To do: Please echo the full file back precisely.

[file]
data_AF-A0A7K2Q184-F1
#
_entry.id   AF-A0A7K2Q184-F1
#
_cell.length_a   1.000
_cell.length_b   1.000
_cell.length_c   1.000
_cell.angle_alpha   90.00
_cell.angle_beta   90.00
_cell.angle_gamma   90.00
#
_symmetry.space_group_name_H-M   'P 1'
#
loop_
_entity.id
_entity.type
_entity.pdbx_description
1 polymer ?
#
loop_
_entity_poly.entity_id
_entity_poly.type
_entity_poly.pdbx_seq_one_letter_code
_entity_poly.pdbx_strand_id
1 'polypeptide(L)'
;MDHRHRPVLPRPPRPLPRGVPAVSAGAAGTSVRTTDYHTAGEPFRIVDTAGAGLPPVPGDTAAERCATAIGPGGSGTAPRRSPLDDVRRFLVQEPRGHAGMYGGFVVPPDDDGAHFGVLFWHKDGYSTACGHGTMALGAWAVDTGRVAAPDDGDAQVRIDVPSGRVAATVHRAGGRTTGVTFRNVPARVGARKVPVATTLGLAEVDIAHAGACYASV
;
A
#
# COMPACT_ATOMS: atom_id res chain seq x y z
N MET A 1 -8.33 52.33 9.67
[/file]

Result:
data_AF-A0A7K2Q184-F1
#
_entry.id   AF-A0A7K2Q184-F1
#
_cell.length_a   1.000
_cell.length_b   1.000
_cell.length_c   1.000
_cell.angle_alpha   90.00
_cell.angle_beta   90.00
_cell.angle_gamma   90.00
#
_symmetry.space_group_name_H-M   'P 1'
#
loop_
_entity.id
_entity.type
_entity.pdbx_description
1 polymer ?
#
loop_
_entity_poly.entity_id
_entity_poly.type
_entity_poly.pdbx_seq_one_letter_code
_entity_poly.pdbx_strand_id
1 'polypeptide(L)'
;MDHRHRPVLPRPPRPLPRGVPAVSAGAAGTSVRTTDYHTAGEPFRIVDTAGAGLPPVPGDTAAERCATAIGPGGSGTAPRRSPLDDVRRFLVQEPRGHAGMYGGFVVPPDDDGAHFGVLFWHKDGYSTACGHGTMALGAWAVDTGRVAAPDDGDAQVRIDVPSGRVAATVHRAGGRTTGVTFRNVPARVGARKVPVATTLGLAEVDIAHAGACYASV
;
A
#
# COMPACT_ATOMS: atom_id res chain seq x y z
N MET A 1 -8.33 52.33 9.67